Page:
Maybe someone knows a better way to get the device emulator to suspend and resume, but since that wasn't my end goal this is a story of what I did to get the emulator to resume.
I am sitting in a hotel room with nothing much to do so I thought it would be a good time to add power management capabilities to my Windows CE: A Stream Interface Driver Shell. I brought a device with me, and I have everything I need to use it, except a cable to connect to the serial debug port which I need. So since I already have a device emulator project sitting in my WINCE600 folder from a demo that I did last year, I decided to dust it off and use it.
I started up my emulator and looked around to see if there was an obvious way to suspend and resume it. Of course there is a Suspend in the Start menu, so I tried it. The emulator did suspend, it even closed the window. I was thinking that it might just give me an option to resume once it had suspended, but that wasn't the case. Worse, after suspending I couldn't reattach because the emulator was still running. I had to kill the process before I could use it again.
I have a little application that uses CeRunAppAtTime() which will wake up a real device that has a Real Time Clock (RTC) capable of waking the CPU. So I tried that. The same thing happened, the emulator suspended and the windows closed. After waiting a while for the RTC to wake it back up, I killed the emulator again.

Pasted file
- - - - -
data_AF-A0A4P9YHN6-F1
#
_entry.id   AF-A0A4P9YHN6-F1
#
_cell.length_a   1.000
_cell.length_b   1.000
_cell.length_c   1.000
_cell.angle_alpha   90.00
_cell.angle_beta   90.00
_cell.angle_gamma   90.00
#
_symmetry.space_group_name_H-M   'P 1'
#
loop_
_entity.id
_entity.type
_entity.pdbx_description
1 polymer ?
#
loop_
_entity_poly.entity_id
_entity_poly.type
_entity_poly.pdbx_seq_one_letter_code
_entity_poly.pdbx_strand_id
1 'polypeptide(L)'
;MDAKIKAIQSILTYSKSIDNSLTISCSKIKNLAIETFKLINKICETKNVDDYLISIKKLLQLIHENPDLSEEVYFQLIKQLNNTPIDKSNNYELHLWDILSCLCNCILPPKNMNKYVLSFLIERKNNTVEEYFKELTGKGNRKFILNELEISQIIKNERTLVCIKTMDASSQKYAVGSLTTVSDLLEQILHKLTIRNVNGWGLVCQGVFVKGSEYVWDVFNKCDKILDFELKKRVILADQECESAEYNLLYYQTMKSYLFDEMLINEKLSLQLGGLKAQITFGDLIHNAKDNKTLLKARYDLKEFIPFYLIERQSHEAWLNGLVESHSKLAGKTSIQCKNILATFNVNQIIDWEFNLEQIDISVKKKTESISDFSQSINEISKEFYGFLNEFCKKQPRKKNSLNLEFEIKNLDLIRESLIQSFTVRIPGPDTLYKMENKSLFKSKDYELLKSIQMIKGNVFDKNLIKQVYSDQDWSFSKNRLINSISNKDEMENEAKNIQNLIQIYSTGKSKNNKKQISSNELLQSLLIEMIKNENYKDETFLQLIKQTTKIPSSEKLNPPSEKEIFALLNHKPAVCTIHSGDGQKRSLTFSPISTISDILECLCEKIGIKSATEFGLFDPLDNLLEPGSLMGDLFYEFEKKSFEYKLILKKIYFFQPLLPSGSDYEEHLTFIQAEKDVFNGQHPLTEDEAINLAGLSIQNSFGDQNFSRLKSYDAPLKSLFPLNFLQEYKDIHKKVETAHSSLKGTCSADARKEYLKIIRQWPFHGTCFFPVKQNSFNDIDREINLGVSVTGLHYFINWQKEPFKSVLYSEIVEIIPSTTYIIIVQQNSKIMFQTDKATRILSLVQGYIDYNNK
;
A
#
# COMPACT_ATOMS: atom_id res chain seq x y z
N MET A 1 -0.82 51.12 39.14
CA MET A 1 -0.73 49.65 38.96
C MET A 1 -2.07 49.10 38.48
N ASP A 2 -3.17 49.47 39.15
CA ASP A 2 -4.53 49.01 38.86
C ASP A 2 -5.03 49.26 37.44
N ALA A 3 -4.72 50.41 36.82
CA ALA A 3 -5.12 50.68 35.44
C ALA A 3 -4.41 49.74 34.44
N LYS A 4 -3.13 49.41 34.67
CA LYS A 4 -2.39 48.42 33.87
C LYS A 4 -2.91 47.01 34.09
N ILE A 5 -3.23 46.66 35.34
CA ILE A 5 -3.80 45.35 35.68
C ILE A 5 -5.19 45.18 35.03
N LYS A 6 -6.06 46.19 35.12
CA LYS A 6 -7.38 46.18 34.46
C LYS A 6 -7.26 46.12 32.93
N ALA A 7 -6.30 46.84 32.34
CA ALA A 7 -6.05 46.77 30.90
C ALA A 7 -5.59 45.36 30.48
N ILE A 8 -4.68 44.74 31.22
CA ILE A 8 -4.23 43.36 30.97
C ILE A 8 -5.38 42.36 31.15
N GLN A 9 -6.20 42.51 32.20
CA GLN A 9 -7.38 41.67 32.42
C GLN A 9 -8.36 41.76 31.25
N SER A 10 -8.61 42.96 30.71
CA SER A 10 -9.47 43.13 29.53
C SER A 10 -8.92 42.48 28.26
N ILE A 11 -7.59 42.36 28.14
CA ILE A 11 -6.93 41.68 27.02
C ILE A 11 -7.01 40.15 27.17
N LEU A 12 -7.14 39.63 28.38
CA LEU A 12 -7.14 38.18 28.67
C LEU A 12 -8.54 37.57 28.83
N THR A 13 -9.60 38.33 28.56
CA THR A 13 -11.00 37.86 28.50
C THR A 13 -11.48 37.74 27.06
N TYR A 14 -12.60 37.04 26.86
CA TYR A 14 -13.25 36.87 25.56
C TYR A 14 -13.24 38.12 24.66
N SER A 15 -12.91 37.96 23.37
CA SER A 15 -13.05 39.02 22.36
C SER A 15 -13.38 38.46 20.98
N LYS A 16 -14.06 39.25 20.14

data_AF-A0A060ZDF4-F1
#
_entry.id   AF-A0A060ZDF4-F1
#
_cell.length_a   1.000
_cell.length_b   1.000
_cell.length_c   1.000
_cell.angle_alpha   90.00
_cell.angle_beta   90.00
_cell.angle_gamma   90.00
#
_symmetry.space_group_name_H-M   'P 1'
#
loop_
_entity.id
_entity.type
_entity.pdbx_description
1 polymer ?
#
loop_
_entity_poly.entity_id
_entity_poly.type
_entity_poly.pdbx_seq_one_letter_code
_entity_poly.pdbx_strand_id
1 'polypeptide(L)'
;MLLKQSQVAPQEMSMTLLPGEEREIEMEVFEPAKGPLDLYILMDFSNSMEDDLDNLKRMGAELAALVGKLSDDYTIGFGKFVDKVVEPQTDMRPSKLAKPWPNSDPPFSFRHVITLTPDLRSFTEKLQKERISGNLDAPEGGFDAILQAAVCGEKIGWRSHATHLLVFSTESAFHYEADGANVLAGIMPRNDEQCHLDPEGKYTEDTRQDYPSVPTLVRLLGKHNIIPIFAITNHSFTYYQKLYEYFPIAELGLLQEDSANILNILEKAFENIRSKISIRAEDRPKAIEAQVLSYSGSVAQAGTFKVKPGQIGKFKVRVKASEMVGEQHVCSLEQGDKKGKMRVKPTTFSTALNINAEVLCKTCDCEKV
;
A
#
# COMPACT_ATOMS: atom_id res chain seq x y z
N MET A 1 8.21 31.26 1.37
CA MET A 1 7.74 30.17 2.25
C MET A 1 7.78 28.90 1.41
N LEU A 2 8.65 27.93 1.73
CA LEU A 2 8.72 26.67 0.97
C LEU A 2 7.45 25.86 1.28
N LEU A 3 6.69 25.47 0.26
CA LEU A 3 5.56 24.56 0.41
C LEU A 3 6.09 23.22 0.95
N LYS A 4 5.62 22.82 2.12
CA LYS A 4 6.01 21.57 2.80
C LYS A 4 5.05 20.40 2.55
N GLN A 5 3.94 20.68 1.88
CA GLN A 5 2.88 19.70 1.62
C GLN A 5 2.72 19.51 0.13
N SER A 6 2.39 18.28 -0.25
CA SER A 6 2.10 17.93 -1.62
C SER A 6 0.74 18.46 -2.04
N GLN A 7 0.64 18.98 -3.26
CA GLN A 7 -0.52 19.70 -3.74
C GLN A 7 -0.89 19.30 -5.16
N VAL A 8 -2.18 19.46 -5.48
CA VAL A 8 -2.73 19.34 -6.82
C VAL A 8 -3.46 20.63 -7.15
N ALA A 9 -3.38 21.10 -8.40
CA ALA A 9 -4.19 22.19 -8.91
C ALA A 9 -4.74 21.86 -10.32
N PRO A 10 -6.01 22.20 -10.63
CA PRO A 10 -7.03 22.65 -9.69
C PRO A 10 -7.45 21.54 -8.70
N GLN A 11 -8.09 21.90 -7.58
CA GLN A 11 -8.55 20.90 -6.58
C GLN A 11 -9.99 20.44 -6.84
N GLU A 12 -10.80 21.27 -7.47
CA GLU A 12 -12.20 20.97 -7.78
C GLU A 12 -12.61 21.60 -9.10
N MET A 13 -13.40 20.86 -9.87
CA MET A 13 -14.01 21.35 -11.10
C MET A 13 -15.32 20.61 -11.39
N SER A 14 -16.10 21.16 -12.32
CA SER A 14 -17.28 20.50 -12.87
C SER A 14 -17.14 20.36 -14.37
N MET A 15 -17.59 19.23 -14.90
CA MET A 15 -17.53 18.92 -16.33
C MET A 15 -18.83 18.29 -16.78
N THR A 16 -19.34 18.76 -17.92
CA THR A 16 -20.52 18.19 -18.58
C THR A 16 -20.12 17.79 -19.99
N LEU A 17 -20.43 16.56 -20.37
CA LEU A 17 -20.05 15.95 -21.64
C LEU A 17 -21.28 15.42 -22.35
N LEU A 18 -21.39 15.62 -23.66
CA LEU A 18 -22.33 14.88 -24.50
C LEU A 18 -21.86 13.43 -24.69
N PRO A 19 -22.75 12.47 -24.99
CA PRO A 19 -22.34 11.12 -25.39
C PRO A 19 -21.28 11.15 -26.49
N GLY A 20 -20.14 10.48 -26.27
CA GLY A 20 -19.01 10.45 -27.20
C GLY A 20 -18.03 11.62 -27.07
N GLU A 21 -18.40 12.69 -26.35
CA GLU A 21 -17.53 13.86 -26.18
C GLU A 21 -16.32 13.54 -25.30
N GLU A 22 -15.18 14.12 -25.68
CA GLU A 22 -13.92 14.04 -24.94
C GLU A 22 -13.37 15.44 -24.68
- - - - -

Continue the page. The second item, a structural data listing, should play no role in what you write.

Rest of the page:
Again, resuming the device emulator wasn't my end goal. So it was time for a quick and dirty solution. I edited OEMPowerOff() in the OAL to remove the line of code that actually suspends the emulator. The line that I removed was a call to CPUPowerOff(). With this change, the emulator will suspend and immediately resume because it doesn't put the CPU into a low power state.
This little modification comes in handy for testing behavior of software on suspend and resume. So I could work on the power management in DriverShell, which doesn't really control any hardware. This could also be used for testing an application.
Copyright © 2008 – Bruce Eitman
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